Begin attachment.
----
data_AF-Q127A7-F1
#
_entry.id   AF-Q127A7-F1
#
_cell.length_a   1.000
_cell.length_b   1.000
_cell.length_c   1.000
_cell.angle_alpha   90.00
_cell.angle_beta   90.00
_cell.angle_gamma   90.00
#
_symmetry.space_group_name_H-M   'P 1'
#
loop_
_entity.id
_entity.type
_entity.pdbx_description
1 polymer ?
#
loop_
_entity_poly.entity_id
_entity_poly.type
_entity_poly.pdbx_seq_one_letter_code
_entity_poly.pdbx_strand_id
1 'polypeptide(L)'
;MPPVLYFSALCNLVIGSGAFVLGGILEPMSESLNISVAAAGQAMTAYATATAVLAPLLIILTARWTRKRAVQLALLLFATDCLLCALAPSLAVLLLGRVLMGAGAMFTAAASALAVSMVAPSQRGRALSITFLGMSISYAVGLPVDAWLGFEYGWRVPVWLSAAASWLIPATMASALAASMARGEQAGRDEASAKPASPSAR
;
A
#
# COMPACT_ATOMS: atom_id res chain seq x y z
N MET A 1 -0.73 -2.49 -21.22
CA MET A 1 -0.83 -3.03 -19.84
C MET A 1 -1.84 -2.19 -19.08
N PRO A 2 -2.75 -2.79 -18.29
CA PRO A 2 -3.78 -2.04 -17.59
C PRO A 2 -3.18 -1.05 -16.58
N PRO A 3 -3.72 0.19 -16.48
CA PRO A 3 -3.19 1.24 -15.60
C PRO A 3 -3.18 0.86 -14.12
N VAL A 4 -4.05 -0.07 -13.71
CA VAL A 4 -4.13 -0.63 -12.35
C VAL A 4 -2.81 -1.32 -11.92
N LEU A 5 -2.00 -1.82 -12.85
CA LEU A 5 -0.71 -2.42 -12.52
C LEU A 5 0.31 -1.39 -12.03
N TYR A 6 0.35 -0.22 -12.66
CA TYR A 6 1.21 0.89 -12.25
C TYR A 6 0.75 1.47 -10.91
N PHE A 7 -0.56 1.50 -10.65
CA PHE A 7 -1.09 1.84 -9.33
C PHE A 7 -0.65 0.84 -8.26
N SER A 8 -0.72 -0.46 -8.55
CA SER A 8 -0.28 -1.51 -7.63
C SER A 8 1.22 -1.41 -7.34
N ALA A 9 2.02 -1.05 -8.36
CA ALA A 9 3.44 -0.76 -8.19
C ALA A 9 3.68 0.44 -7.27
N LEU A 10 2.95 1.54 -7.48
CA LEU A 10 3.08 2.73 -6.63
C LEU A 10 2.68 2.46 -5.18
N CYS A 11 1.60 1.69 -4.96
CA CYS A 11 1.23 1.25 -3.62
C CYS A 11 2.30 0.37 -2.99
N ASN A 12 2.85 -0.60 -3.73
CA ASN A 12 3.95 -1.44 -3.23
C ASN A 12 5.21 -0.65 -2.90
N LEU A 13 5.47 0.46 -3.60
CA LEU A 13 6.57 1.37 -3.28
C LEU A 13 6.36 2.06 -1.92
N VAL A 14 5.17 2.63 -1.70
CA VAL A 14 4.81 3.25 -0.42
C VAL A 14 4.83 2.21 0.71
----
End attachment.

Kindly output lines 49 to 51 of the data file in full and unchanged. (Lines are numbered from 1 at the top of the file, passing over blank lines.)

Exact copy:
N PHE A 7 -0.56 1.50 -10.65
CA PHE A 7 -1.09 1.84 -9.33
C PHE A 7 -0.65 0.84 -8.26